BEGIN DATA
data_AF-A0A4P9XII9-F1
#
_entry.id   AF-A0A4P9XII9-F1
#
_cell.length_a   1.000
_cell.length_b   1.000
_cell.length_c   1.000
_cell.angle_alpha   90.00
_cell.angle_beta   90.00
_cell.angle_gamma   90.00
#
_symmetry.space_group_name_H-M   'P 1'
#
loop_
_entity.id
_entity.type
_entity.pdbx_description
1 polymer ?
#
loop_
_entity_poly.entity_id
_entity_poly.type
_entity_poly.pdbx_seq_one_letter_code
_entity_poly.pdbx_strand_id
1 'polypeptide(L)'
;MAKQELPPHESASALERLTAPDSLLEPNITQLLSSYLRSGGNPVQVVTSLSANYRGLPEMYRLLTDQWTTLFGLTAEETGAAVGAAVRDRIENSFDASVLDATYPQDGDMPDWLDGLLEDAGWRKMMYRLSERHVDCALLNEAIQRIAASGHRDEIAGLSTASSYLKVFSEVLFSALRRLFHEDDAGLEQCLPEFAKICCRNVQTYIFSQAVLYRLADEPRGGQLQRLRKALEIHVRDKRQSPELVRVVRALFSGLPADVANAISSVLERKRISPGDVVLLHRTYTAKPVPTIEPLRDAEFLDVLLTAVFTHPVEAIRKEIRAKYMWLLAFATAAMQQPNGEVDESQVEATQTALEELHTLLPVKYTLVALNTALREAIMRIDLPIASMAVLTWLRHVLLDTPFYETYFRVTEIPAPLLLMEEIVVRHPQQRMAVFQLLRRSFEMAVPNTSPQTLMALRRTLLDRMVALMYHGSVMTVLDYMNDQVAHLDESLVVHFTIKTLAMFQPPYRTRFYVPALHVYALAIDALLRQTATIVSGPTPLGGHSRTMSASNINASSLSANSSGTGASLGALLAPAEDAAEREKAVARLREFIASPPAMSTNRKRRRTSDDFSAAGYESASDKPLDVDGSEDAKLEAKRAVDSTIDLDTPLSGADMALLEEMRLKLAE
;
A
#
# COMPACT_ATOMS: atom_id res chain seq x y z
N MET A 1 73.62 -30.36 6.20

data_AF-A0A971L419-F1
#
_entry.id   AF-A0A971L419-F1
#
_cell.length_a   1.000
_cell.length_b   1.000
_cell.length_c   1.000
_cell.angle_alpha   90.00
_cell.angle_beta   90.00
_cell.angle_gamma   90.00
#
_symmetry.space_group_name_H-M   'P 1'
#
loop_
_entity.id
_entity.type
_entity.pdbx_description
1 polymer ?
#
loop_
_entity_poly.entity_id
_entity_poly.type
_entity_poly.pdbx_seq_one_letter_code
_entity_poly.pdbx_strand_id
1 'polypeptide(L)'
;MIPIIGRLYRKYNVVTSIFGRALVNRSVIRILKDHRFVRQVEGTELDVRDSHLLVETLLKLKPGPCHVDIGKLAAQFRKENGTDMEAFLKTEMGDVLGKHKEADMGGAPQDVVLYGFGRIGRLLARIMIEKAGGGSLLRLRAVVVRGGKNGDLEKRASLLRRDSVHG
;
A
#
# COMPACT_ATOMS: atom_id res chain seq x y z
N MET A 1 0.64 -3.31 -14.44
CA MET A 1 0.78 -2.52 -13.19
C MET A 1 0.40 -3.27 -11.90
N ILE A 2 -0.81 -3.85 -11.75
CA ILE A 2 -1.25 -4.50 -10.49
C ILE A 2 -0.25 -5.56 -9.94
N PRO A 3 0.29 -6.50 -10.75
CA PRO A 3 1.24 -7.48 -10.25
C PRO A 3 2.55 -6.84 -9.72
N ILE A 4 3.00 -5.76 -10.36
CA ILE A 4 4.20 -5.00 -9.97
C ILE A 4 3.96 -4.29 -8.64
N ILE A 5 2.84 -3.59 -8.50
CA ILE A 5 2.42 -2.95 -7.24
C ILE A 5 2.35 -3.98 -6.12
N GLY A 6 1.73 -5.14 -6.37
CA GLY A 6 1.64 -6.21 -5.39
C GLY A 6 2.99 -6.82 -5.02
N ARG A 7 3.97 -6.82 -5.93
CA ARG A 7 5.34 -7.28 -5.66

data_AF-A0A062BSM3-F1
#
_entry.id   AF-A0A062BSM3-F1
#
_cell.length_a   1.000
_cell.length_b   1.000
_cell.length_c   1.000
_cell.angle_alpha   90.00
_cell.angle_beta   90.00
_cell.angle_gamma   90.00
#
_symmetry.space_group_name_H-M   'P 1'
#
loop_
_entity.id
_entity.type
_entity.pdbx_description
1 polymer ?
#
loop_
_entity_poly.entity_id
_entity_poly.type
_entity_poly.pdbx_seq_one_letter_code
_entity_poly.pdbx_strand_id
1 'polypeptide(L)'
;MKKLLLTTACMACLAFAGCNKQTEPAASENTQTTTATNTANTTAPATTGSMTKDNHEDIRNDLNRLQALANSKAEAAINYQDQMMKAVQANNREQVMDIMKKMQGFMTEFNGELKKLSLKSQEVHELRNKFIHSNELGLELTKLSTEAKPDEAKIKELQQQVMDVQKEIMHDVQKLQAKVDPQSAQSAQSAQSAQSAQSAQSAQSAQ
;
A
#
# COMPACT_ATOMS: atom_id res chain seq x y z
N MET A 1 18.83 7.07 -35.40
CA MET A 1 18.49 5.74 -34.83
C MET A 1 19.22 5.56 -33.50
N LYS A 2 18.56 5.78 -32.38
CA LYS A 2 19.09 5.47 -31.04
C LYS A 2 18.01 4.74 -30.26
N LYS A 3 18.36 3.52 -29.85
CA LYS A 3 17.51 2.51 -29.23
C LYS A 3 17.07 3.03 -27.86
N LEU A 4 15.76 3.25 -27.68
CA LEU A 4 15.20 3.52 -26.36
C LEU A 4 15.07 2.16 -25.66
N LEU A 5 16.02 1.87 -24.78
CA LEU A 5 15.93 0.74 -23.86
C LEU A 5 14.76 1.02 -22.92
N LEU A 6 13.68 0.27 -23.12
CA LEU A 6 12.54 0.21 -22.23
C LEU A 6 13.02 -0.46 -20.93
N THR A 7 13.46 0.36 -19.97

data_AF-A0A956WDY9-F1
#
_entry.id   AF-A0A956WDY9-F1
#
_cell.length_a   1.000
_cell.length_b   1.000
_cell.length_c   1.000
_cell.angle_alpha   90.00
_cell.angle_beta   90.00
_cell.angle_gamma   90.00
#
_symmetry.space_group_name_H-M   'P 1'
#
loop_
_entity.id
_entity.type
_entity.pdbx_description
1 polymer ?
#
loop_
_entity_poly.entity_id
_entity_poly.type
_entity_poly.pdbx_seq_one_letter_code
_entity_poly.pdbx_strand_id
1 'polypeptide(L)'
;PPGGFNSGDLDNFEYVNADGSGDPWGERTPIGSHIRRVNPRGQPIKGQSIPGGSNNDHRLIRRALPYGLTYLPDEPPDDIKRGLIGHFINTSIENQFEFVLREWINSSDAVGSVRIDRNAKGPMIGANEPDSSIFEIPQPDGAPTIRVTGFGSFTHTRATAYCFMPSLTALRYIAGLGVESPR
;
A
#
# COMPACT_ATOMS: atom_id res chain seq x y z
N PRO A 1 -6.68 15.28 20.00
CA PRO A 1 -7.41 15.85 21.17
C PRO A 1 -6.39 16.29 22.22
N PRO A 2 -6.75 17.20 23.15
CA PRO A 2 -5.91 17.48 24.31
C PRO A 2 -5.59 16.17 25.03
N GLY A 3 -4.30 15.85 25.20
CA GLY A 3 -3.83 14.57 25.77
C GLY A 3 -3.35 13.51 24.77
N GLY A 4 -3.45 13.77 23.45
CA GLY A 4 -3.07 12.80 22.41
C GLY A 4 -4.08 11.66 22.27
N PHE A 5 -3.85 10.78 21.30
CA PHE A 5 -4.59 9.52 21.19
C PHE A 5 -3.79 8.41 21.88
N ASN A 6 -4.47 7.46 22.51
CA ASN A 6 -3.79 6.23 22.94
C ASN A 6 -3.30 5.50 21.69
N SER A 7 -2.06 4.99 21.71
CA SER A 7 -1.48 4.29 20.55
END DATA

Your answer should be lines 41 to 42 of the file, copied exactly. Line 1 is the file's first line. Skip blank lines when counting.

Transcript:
_cell.angle_gamma   90.00
#